At 67, Joe Frazier is gone. Liver Cancer he was diagnosed with two months ago metastasized and Frazier, who suffered all is life from various health problems, died under hospice care. A great Heavyweight champion, involved with Boxing till his last day, is gone.
Legends passing away always disturb us. Legends are supposed to live forever. And while Frazier had his flaws, and wasn’t the perfect fighter, his part in the great Heavyweight era always made his name one of the first to come up in any discussion of the Greatest Heavyweights.
A brawler, a bruiser from day 1. The inspiration to Rocky. An Olypmic Gold Medalist in Tokyo, only after he went to Japan to be an alternate. His big rival at the time, Buster Mathis, the only man to beat Frazier in Amateur fighting, was injured when the two put on a show for some military men, and Frazier won his place, and the gold.
And as a Heavyweight in professional fighting? He was defined by his style, his relative small stature, and his fights with Muhammad Ali. The first man to beat Ali, in what is named “The Fight of the Century”. Part of the ever more legendary “Thrilla in Manilla.” Ali probably hurt Frazier more with his words than his fists during those days, with his comments about Frazier becoming borderline evil.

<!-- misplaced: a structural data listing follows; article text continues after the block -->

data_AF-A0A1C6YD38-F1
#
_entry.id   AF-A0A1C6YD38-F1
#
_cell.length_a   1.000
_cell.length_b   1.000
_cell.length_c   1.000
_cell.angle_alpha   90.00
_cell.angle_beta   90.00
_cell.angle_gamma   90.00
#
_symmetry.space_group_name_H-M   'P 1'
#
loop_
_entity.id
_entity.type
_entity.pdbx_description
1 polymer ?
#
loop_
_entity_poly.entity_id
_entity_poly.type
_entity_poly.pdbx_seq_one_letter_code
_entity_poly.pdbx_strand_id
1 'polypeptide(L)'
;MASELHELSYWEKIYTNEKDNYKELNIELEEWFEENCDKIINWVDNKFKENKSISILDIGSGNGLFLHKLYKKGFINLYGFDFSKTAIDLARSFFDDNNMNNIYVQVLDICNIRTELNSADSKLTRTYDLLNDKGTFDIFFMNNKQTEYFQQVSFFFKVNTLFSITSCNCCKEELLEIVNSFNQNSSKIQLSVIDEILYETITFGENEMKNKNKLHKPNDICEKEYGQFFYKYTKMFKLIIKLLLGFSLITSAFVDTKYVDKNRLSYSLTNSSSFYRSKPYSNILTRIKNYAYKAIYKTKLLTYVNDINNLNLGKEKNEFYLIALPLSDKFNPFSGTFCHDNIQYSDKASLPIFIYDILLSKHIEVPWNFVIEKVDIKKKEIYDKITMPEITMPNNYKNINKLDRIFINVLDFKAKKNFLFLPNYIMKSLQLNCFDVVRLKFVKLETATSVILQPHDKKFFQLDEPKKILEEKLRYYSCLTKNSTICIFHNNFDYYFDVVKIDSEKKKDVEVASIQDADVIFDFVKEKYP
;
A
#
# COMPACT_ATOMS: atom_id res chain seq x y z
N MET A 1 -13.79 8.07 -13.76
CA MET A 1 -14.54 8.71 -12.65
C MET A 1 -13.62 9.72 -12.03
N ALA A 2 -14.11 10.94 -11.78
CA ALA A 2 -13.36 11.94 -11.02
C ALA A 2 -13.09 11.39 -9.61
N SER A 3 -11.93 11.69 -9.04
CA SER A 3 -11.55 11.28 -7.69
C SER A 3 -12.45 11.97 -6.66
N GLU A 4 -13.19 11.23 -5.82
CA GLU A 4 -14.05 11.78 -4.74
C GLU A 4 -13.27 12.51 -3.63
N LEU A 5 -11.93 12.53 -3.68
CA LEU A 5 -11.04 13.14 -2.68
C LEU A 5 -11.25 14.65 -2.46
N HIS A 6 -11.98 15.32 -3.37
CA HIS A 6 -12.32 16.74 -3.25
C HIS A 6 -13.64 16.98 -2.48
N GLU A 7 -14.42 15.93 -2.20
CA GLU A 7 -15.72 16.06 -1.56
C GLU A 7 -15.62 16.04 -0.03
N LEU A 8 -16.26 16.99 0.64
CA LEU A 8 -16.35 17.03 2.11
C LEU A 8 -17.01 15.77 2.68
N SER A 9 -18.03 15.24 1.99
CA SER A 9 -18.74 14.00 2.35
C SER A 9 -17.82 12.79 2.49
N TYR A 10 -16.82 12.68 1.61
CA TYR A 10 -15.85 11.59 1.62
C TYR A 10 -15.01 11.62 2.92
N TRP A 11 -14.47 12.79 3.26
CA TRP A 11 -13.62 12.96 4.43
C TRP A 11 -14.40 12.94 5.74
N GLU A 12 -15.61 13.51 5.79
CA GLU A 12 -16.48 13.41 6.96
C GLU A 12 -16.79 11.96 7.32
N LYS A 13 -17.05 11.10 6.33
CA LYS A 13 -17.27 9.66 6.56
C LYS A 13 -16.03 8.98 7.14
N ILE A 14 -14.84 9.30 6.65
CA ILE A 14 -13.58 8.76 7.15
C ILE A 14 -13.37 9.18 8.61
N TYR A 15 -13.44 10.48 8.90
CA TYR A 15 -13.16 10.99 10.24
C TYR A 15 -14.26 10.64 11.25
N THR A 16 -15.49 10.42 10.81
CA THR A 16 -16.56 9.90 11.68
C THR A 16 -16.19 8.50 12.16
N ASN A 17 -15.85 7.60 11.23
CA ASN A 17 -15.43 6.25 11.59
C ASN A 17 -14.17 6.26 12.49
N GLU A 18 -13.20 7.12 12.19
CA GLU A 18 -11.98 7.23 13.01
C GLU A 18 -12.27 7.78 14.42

Those days never left Frazier, or Ali, who had public feuds and reconciliations more than once over the years. Frazier always felt a little deprived of glory, of the media love. A beaten ego hurts a hell of a lot more than a broken bone or two, especially when you carry it around for so long.
But years go by, and Frazier, Somkin’ Joe, who kept training in Philadelphia, forgave Ali for whatever he felt was needed. Their relationship didn’t end in hatred. I will always remember Joe with respect and admiration, My sympathy goes out to his family and loved ones. Some say that both of them left the best of what they had as boxers in that ring in Manilla, 37 years ago.